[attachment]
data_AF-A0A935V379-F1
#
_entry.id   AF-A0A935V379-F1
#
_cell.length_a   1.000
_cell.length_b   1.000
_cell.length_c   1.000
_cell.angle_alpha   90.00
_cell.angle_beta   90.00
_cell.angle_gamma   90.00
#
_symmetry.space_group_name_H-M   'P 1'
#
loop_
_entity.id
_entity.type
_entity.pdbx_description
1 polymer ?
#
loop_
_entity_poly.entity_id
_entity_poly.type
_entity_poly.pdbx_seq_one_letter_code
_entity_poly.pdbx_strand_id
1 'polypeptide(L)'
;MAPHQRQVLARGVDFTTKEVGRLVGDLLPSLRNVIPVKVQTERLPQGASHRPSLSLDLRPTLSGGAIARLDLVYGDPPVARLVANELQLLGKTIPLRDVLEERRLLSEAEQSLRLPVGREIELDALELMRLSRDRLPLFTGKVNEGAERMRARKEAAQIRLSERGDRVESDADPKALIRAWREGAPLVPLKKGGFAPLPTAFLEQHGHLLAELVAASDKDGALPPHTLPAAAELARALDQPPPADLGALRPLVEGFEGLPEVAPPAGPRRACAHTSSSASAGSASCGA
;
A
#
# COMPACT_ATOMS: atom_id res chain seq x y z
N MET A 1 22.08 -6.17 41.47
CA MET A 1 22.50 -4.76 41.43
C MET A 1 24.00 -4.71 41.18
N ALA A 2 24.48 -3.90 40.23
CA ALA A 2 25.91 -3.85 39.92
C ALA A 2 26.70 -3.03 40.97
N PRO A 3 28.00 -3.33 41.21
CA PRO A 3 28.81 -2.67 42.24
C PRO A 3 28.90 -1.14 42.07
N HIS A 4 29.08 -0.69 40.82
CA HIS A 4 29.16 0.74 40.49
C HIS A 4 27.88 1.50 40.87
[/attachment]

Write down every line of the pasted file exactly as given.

data_AF-A0A935V379-F1
#
_entry.id   AF-A0A935V379-F1
#
_cell.length_a   1.000
_cell.length_b   1.000
_cell.length_c   1.000
_cell.angle_alpha   90.00
_cell.angle_beta   90.00
_cell.angle_gamma   90.00
#
_symmetry.space_group_name_H-M   'P 1'
#
loop_
_entity.id
_entity.type
_entity.pdbx_description
1 polymer ?
#
loop_
_entity_poly.entity_id
_entity_poly.type
_entity_poly.pdbx_seq_one_letter_code
_entity_poly.pdbx_strand_id
1 'polypeptide(L)'
;MAPHQRQVLARGVDFTTKEVGRLVGDLLPSLRNVIPVKVQTERLPQGASHRPSLSLDLRPTLSGGAIARLDLVYGDPPVARLVANELQLLGKTIPLRDVLEERRLLSEAEQSLRLPVGREIELDALELMRLSRDRLPLFTGKVNEGAERMRARKEAAQIRLSERGDRVESDADPKALIRAWREGAPLVPLKKGGFAPLPTAFLEQHGHLLAELVAASDKDGALPPHTLPAAAELARALDQPPPADLGALRPLVEGFEGLPEVAPPAGPRRACAHTSSSASAGSASCGA
;
A
#
# COMPACT_ATOMS: atom_id res chain seq x y z
N MET A 1 22.08 -6.17 41.47
CA MET A 1 22.50 -4.76 41.43
C MET A 1 24.00 -4.71 41.18
N ALA A 2 24.48 -3.90 40.23
CA ALA A 2 25.91 -3.85 39.92
C ALA A 2 26.70 -3.03 40.97
N PRO A 3 28.00 -3.33 41.21
CA PRO A 3 28.81 -2.67 42.24
C PRO A 3 28.90 -1.14 42.07
N HIS A 4 29.08 -0.69 40.82
CA HIS A 4 29.16 0.74 40.49
C HIS A 4 27.88 1.50 40.87